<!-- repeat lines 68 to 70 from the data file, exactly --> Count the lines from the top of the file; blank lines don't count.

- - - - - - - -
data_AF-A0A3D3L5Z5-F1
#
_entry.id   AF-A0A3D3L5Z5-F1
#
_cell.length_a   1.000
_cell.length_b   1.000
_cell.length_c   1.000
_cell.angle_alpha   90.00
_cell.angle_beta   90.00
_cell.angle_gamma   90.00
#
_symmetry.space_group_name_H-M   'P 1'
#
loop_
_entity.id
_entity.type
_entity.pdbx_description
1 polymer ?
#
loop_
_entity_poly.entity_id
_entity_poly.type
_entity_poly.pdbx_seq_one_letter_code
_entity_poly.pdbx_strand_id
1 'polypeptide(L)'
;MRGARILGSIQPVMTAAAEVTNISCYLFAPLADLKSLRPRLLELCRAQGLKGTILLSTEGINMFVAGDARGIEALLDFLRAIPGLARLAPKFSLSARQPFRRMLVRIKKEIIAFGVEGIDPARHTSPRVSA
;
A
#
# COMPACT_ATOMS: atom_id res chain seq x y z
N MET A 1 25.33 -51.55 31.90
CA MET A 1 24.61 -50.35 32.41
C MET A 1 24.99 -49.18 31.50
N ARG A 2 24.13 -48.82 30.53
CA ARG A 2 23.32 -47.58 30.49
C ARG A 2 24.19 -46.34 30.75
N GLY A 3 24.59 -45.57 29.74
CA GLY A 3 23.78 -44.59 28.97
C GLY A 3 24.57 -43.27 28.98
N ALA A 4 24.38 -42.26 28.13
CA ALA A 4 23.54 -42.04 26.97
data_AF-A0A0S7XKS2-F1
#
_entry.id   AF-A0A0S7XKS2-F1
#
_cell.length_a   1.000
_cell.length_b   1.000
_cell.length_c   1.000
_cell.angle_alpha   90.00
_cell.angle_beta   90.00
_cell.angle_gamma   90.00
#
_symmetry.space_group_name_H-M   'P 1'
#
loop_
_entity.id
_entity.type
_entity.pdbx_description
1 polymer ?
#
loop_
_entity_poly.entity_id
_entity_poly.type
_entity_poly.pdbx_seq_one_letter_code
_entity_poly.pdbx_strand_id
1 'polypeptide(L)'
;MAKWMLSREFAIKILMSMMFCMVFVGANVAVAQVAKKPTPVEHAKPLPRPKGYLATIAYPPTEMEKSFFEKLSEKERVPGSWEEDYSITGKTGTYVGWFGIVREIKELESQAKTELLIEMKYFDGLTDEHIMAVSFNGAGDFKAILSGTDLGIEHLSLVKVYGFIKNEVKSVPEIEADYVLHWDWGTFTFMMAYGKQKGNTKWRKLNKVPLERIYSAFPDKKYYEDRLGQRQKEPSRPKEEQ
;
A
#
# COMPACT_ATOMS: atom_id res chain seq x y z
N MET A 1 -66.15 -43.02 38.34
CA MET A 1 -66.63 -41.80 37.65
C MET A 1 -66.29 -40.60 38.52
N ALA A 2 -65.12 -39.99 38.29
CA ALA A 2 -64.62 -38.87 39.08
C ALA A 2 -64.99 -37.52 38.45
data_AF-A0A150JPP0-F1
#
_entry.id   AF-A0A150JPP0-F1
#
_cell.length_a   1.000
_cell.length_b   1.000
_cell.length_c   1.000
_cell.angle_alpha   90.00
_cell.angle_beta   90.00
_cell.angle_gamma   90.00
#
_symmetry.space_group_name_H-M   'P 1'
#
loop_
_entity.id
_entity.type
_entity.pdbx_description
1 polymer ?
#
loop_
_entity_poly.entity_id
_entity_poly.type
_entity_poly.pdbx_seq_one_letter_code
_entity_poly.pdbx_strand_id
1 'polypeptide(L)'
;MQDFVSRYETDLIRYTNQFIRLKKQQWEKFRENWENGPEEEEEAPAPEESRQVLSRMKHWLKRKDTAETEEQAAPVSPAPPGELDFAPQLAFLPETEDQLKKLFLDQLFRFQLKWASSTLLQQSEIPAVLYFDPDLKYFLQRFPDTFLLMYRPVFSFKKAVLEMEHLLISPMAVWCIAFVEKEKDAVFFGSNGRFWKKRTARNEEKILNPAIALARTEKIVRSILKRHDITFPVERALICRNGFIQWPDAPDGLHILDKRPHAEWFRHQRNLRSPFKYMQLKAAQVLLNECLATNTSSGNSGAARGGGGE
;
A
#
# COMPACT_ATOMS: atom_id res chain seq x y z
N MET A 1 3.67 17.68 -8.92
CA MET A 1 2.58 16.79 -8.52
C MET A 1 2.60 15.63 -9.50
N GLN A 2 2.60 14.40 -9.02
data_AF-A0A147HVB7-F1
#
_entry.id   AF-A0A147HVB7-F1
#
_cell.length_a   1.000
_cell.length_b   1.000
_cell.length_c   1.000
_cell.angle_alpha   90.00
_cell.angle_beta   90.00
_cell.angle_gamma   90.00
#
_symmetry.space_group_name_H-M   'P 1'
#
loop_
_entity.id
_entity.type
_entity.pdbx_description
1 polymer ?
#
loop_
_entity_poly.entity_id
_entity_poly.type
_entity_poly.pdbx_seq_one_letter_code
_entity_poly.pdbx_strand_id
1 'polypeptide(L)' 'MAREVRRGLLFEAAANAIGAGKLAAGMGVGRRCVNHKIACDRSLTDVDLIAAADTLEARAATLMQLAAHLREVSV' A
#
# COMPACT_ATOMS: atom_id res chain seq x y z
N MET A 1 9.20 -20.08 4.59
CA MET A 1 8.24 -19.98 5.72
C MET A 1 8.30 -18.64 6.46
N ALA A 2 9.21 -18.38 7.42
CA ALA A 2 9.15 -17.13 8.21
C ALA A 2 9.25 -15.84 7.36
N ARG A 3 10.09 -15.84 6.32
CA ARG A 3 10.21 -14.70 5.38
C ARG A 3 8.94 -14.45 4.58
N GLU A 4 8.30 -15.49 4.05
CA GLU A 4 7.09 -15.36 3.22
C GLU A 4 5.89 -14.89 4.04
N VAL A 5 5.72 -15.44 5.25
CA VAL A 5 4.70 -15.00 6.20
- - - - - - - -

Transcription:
;
A
#